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Proceedings Paper

The path to interferometry in space
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Paper Abstract

For over two decades, astronomers have considered the possibilities for interferometry in space. The first of these missions was the Space Interferometry Mission (SIM), but that was followed by missions for studying exoplanets (e.g Terrestrial Planet Finder, Darwin), and then far-infrared interferometers (e.g. the Space Infrared Interferometric Telescope, the Far-Infrared Interferometer). Unfortunately, following the cancellation of SIM, the future for space-based interferometry has been in doubt, and the interferometric community needs to reevaluate the path forward. While interferometers have strong potential for scientific discovery, there are technological developments still needed, and continued maturation of techniques is important for advocacy to the broader astronomical community. We review the status of several concepts for space-based interferometry, and look for possible synergies between missions oriented towards different science goals.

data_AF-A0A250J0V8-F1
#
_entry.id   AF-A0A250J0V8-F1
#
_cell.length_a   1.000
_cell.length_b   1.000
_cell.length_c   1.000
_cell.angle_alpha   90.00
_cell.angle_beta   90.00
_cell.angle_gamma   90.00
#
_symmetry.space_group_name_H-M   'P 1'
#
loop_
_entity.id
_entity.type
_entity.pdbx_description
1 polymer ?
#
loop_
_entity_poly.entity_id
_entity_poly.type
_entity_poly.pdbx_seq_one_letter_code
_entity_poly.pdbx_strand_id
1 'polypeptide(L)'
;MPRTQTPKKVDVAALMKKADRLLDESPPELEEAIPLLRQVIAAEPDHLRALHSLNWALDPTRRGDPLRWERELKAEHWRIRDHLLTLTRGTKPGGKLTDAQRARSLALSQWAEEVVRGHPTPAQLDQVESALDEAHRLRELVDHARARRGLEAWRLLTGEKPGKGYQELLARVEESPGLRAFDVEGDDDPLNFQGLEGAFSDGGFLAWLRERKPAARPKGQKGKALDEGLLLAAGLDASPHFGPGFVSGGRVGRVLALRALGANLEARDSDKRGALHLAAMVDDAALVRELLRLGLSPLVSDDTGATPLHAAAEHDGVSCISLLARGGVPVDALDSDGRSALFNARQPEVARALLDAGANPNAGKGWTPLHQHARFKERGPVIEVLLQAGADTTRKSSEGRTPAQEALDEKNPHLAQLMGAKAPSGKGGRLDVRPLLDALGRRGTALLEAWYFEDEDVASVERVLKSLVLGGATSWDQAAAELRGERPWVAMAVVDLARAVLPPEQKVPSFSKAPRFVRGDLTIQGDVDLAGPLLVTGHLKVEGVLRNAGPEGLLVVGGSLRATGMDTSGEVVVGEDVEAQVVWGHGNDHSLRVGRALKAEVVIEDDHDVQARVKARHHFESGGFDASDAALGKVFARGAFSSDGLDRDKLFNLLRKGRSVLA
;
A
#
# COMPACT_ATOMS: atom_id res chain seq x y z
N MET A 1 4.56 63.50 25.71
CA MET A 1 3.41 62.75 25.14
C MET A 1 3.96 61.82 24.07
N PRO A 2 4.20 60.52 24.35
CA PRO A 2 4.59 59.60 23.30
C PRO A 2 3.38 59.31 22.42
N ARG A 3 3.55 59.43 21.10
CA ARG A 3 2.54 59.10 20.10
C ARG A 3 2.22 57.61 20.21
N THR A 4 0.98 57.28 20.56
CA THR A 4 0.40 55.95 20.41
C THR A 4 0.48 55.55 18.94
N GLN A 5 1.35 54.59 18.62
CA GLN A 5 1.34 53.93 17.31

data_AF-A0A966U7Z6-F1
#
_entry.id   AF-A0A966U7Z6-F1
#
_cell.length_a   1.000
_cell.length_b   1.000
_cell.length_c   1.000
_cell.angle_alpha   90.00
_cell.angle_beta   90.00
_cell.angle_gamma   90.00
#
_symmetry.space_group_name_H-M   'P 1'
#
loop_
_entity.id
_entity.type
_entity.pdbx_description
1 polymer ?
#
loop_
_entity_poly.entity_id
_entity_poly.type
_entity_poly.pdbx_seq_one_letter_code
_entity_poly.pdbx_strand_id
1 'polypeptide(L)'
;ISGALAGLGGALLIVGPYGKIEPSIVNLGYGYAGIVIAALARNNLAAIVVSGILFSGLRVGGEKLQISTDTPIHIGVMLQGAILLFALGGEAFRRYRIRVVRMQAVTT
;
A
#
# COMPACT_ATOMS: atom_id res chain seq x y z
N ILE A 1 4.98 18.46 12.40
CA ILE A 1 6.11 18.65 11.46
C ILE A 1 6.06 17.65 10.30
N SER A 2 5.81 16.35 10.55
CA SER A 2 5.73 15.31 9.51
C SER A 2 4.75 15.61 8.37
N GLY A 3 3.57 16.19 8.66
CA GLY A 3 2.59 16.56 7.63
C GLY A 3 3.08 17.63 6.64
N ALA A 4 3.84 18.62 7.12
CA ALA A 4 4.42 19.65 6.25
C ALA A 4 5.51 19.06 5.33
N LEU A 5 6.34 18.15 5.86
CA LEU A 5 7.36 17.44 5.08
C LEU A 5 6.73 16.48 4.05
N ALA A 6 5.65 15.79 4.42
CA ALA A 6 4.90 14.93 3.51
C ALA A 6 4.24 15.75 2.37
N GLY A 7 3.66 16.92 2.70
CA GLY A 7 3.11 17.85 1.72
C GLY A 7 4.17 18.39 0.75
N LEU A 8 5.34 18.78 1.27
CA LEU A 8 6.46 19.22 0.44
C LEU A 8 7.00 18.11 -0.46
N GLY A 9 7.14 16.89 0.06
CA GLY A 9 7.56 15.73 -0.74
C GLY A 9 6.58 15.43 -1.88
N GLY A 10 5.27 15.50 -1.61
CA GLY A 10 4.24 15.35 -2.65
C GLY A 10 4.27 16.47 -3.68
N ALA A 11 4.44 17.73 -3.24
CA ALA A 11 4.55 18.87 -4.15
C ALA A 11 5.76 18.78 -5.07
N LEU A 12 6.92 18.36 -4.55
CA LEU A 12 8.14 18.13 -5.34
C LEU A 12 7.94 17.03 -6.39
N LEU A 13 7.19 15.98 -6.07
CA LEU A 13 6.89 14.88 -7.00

Paper Details

Date Published: 4 August 2016
PDF: 15 pages
Proc. SPIE 9907, Optical and Infrared Interferometry and Imaging V, 99070S (4 August 2016); doi: 10.1117/12.2231754
Show Author Affiliations
S. A. Rinehart, NASA Goddard Space Flight Ctr. (United States)
G. Savini, Univ. College London (United Kingdom)
W. Holland, Univ. of Edinburgh (United Kingdom)
O. Absil, Univ. de Liège (Belgium)
D. Defrère, Univ. de Liège (Belgium)
L. Spencer, Univ. of Lethbridge (Canada)
D. Leisawitz, NASA Goddard Space Flight Ctr. (United States)
M. Rizzo, Univ. of Maryland (United States)
R. Juanola-Paramon, NASA Goddard Space Flight Ctr. (United States)
D. Mozurkewich, Seabrook Engineering (United States)

Published in SPIE Proceedings Vol. 9907:
Optical and Infrared Interferometry and Imaging V
Fabien Malbet; Michelle J. Creech-Eakman; Peter G. Tuthill, Editor(s)

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